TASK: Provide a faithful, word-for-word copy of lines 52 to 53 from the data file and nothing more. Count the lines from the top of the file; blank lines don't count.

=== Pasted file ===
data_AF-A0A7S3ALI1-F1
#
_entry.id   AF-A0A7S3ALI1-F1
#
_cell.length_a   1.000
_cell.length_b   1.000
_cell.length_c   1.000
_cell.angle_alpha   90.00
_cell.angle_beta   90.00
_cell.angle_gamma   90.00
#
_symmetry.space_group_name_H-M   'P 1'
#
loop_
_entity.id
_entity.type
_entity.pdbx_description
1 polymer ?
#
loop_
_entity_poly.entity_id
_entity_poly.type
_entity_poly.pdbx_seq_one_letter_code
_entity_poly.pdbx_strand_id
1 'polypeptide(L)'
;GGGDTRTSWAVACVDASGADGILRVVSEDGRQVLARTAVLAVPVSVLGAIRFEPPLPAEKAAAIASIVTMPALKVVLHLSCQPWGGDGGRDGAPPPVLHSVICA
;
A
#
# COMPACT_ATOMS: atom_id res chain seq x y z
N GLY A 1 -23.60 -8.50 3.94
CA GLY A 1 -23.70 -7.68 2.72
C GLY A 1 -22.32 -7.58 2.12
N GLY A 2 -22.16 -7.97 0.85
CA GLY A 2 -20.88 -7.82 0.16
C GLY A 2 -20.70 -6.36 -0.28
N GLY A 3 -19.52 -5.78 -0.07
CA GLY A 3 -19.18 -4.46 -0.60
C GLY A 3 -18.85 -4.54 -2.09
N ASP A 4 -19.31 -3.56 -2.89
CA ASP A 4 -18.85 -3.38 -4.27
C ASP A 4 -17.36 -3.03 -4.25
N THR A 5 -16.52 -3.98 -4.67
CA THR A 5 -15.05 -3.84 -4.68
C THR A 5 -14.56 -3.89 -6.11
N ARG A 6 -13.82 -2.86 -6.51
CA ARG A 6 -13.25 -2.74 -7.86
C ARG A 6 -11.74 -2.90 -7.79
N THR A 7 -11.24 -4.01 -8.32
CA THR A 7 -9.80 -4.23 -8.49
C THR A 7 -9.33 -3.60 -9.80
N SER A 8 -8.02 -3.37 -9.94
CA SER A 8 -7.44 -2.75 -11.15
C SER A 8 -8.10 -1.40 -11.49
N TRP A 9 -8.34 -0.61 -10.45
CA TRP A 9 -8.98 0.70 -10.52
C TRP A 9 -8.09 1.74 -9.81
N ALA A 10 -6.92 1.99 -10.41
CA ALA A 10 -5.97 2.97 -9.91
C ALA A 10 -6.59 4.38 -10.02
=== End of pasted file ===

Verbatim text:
N SER A 8 -8.02 -3.37 -9.94
CA SER A 8 -7.44 -2.75 -11.15